Jamaica Blair finally quit her teaching job in April, demoralized by the low wages, insufficient staffing, and most recently the challenges from the pandemic. She wants to be a chef, a career decision that took a long time to make.
“Last year, I really wanted to leave, but I guess I became complacent. I was too afraid to leave,” Blair, 26, told Yahoo Money. “This is the first time I actually took the leap of faith.”
Blair joins the 4 million workers who quit their jobs in April, a 20-year record, according to the Labor Department’s latest JOLTS report. The rate of workers voluntarily leaving their jobs also hit an all-time high of 2.7% that month.
This could be only the beginning of a new labor trend, according to ZipRecruiter Economist Julia Pollak, who suspects a wave of workers may soon give notice in the coming months.
“We could see sustained, very high levels of quits throughout the summer at the very least,” she told Yahoo Money. “As long as the labor market remains this tight and employers are competing for workers, you will see people learning about exciting new opportunities and making the switch.”
‘Don't end up like me’
Workers are quitting for different reasons depending on the sector and their positions, but in general, there’s an uptick in workers leaving in most industries. Accommodation and food services along with retail trade had the largest quit rates in April of 5.6% and 4.3%, respectively.
Battered during the height of the pandemic, those two sectors also saw a jump in job openings in the spring, but hiring came in at lower levels, suggesting workers aren’t enthusiastic to return to those positions.
“These two industry groups are not only relatively lower paid, they also have high in-person contact,” Nick Bunker, director of research at Indeed, told Yahoo Money. “Maybe some of the factors here could be about wages, but it also could be related to working conditions related to the pandemic.”
While not as high, education and health services also saw a significant increase in its quit rate, reaching a 20-year record of 2.3%.
“My colleagues are telling me to leave… they’re trying to tell me like ‘don't end up like me,’” Blair said. “They love children, too, but it's the benefits that they really need, so that keeps them stuck.”
Blair’s passion lies in the kitchen. Before work at 5 a.m., she’s baking, cooking, and catering cupcakes while she finishes her final two weeks of the school year. She plans to find a job as a chef until she starts her own small catering business.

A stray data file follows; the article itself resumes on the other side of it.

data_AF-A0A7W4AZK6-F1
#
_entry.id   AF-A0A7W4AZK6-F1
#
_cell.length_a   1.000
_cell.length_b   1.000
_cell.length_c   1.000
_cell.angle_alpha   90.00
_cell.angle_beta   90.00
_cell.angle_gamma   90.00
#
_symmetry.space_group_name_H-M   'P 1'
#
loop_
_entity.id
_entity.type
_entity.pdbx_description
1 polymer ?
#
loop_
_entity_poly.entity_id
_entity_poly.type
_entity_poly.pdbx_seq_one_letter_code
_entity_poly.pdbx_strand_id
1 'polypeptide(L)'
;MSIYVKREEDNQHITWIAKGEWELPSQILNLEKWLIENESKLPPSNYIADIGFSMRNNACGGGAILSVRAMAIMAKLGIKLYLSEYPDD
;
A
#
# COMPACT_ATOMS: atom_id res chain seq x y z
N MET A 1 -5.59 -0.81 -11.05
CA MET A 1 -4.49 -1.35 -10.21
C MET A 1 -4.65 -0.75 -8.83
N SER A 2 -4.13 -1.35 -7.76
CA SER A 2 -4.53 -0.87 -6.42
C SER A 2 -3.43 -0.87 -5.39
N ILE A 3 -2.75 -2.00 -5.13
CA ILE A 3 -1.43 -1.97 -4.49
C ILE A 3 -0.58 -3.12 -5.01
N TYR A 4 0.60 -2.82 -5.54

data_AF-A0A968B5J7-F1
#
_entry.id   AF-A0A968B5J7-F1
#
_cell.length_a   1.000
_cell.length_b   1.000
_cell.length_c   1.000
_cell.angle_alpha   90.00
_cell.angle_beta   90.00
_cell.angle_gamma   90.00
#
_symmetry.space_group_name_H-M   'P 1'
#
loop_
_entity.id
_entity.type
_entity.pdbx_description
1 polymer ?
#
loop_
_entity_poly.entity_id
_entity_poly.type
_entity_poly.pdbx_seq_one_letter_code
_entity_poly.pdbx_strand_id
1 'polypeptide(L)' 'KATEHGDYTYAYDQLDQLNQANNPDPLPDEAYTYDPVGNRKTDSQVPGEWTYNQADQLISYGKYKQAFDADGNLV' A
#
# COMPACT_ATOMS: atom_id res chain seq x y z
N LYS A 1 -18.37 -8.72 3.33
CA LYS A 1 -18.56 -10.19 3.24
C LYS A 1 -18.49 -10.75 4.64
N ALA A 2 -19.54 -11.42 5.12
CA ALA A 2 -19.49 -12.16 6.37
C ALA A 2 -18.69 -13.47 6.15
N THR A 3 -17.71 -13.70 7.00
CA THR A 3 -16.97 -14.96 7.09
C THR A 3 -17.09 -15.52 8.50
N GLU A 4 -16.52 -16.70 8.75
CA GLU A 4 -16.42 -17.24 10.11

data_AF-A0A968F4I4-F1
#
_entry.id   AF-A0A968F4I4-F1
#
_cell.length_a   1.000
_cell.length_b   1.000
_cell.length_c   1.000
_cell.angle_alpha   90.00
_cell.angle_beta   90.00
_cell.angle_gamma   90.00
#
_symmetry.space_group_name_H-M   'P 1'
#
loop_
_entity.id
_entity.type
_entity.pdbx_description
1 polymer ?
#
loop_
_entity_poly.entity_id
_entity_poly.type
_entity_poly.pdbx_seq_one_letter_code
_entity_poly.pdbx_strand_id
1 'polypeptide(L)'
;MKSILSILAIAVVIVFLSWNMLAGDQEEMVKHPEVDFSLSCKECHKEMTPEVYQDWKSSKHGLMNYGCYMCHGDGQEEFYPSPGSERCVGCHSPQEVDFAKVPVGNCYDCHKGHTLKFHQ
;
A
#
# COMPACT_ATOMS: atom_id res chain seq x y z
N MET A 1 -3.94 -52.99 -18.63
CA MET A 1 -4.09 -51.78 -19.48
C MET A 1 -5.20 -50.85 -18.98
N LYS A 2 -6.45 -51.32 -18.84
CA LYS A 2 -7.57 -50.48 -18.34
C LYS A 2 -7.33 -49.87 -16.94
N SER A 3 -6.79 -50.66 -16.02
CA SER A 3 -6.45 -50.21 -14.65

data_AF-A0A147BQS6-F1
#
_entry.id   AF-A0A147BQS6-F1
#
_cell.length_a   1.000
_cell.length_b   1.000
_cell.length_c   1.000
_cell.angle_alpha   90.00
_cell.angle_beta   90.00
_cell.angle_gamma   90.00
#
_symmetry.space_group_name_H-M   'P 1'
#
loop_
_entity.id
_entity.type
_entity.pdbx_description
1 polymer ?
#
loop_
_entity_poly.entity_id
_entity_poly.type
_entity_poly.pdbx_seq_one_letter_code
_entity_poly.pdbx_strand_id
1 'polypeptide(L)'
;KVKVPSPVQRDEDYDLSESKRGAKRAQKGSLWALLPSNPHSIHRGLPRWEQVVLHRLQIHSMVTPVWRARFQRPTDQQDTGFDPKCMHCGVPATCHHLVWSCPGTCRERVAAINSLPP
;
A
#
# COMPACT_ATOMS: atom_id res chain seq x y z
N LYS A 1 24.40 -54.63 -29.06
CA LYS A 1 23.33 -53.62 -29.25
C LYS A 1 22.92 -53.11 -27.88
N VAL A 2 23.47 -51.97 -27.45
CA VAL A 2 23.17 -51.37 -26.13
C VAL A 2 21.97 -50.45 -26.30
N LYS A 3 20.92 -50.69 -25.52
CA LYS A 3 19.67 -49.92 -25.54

She’s not alone on the entrepreneur front. After a lull at the start of the pandemic, the pace of new business applications since mid-2020 has been the highest on record, a new paper by the National Bureau of Economic Research found. Non-store retail and accommodation and food services are two of the dominant industries attracting new entrepreneurs.
“I could be in the kitchen at three o'clock in the morning, and I won't be done till eight o'clock and I feel relief, I feel good about myself,” Blair said. “I'm actually doing something that I love, so it doesn't even bother me. It doesn't feel like a chore. It doesn't feel like work.”
‘Bleeding into my sleep and my relationships’
Burnout is also driving workers to quit. More than half of U.S. workers (52%) said they were experiencing burnout in 2021, according to a March survey by Indeed, versus 43% who reported the same thing in a survey conducted before the pandemic.
This was the case for Vaidehi Joshi, who had just started a new role as a lead software engineer at a startup in January of last year before the pandemic hit. She was managing three engineers, leading projects, and had a senior role with good compensation. But the pandemic — along with the long work hours — took a toll on her mental health.
“It's not just 40 hours a week or 60 hours a week, it's now bleeding into my sleep, and my relationships at home, and what I think about on the weekends,” Joshi, 31, told Yahoo Money. “There are some things that you can't really put a price on, and I think your personal happiness is one of those.”
Between December and March, Joshi worked even longer hours, trying to “push the company and the mission forward.” Burned out, she tried to cut out some of her responsibilities, but to no avail. She finally left the company in May.
‘When I cut back on things, I realized that I was still exhausted and wasn't excited to come to work. I wasn't feeling like it was the right place for me in my career,” Joshi said. “That was what really pushed me to make the decision.”
‘Go work somewhere that will actually let me work fully remotely’
As workers return to their offices in the summer and fall, the quits rate could increase more. If labor market conditions continue to improve and workers are not provided with the flexibility to work remotely or have a hybrid model, they may just jump ship, according to Bunker.
“As companies ask employees to return to physical offices, there might be some portion of their workforce that decides ‘I'm going to leave this company and go work somewhere that will actually let me work fully remotely,’” he told Yahoo Money.
That’s a big consideration for many of the workers who relocated during the pandemic and bought new homes. One in 4 pandemic home buyers would choose to stay at their new home and find a new job if required to return to the officee, a recent survey of 3,998 recent homebuyers by Realtor.com found.
“For many Americans, the pandemic led to a reevaluation of priorities,” George Ratiu, senior economist at Realtor.com, told Yahoo Money. “Many buyers have already voted with their dollars for a hybrid work landscape. Going forward, they have traded longer commuting distances for higher quality of life.”